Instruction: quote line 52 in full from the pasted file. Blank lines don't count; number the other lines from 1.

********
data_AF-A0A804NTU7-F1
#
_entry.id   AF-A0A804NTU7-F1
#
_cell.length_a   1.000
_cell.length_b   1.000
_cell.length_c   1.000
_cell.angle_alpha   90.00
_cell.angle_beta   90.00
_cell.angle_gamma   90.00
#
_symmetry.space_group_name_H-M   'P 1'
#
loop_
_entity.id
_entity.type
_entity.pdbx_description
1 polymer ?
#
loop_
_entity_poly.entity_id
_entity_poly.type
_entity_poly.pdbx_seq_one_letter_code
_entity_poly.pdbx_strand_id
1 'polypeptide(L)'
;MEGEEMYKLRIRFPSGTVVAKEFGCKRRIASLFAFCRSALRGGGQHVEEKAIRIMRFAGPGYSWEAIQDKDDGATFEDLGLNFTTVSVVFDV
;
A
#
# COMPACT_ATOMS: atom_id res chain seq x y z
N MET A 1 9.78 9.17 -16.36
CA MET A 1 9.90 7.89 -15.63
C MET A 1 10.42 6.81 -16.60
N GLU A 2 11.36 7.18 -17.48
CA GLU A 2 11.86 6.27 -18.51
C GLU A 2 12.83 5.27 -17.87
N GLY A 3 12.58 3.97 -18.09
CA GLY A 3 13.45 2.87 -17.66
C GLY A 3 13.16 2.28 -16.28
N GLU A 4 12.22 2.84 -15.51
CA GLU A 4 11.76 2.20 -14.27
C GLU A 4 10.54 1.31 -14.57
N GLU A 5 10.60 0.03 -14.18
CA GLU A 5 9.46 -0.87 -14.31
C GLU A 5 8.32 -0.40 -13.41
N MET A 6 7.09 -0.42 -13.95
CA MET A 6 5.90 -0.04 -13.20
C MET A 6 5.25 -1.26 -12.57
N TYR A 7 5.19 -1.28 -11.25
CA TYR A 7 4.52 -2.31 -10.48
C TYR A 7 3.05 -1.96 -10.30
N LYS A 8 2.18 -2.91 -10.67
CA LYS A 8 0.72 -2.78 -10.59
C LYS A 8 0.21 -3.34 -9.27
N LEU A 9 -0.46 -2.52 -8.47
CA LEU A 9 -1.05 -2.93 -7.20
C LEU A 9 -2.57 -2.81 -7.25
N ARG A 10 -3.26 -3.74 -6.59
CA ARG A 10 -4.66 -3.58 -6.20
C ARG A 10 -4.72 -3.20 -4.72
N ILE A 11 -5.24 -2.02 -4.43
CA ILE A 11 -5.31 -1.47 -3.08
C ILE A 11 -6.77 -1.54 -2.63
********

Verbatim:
N LYS A 8 2.18 -2.91 -10.67